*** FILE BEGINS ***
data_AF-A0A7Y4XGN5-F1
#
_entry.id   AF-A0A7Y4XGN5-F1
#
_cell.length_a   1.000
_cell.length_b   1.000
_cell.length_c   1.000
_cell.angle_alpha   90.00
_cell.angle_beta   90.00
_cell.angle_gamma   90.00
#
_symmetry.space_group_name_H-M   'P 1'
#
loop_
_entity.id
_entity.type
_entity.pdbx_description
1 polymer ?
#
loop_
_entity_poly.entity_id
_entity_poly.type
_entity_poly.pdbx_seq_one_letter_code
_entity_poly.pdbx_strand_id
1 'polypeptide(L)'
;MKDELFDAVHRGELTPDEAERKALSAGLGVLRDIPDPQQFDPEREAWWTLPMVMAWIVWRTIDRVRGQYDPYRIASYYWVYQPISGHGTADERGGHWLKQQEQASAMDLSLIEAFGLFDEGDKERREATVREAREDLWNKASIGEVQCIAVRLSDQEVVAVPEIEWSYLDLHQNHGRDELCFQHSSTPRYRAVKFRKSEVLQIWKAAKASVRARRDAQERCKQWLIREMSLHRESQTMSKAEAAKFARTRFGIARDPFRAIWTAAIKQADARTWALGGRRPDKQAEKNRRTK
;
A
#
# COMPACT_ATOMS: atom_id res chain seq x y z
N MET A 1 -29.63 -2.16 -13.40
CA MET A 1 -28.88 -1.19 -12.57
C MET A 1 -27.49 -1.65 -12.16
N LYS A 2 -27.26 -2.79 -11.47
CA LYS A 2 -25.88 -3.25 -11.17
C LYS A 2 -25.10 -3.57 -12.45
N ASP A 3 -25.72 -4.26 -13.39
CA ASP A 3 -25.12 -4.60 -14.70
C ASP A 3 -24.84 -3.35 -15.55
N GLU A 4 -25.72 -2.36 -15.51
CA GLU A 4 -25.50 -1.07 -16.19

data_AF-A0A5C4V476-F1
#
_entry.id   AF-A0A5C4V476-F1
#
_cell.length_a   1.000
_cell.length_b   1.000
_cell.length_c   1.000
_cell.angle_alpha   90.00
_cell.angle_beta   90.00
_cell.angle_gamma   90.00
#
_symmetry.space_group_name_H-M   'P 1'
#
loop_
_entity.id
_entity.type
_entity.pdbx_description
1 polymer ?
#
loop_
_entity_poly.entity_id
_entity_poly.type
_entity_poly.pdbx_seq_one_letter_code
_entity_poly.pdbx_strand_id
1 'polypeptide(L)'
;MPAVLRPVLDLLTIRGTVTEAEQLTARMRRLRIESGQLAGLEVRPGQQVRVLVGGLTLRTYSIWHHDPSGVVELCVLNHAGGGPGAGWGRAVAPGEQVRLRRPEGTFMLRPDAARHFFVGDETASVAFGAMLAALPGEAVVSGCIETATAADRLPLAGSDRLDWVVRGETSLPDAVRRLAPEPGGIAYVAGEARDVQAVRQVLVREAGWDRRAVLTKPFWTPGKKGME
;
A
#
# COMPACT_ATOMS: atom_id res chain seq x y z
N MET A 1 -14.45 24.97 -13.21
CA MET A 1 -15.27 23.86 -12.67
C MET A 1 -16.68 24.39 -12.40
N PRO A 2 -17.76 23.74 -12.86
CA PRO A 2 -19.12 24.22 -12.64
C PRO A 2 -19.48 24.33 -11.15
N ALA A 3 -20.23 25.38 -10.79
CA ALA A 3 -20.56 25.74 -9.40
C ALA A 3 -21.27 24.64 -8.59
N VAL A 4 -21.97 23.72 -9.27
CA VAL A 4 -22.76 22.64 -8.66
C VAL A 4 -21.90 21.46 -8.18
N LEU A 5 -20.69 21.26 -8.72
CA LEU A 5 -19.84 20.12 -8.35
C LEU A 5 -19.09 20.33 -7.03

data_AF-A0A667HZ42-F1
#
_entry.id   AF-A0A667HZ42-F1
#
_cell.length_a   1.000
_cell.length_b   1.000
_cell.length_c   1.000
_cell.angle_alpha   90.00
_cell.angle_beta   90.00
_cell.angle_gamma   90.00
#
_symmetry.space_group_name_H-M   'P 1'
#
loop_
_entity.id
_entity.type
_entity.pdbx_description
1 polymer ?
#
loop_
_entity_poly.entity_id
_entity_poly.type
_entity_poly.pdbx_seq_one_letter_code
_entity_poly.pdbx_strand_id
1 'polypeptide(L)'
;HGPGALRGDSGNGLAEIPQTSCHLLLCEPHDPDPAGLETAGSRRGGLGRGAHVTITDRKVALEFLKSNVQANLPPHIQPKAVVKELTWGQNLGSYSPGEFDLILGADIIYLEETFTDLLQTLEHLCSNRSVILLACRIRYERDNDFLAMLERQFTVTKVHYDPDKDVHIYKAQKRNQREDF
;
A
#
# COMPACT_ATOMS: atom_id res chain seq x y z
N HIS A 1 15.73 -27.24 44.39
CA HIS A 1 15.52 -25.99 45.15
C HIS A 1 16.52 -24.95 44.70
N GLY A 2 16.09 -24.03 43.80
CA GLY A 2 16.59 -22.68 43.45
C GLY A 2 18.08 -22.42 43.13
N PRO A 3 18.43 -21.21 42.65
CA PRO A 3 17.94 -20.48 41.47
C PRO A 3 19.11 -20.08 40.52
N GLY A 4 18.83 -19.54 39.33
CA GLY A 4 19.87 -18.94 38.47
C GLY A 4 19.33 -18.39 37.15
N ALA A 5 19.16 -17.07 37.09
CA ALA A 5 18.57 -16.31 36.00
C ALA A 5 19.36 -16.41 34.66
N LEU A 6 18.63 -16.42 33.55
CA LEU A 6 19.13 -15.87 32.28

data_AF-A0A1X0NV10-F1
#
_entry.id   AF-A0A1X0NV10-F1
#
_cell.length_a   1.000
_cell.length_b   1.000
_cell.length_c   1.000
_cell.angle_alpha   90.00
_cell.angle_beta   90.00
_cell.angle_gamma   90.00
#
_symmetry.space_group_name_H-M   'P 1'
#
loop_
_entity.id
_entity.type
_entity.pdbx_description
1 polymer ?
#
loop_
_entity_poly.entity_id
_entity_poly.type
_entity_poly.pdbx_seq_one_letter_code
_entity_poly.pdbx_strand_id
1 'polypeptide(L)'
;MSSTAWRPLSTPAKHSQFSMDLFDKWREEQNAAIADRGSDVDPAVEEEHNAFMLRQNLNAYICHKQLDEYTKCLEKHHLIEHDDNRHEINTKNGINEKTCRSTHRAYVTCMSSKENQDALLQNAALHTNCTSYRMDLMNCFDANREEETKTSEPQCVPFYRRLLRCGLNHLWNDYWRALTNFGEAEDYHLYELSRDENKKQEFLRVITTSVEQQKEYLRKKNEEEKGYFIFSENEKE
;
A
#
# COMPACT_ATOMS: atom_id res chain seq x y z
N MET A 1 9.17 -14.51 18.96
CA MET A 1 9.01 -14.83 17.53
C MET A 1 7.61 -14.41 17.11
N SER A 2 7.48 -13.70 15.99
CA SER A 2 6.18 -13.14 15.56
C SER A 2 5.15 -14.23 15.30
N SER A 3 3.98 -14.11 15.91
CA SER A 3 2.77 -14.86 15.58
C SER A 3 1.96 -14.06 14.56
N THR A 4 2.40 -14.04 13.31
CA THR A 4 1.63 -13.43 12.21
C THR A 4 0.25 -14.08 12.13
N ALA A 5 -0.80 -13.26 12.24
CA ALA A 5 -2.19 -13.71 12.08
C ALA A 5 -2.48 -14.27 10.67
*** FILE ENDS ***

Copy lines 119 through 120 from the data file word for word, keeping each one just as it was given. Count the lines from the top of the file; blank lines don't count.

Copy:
C HIS A 1 16.52 -24.95 44.70
N GLY A 2 16.09 -24.03 43.80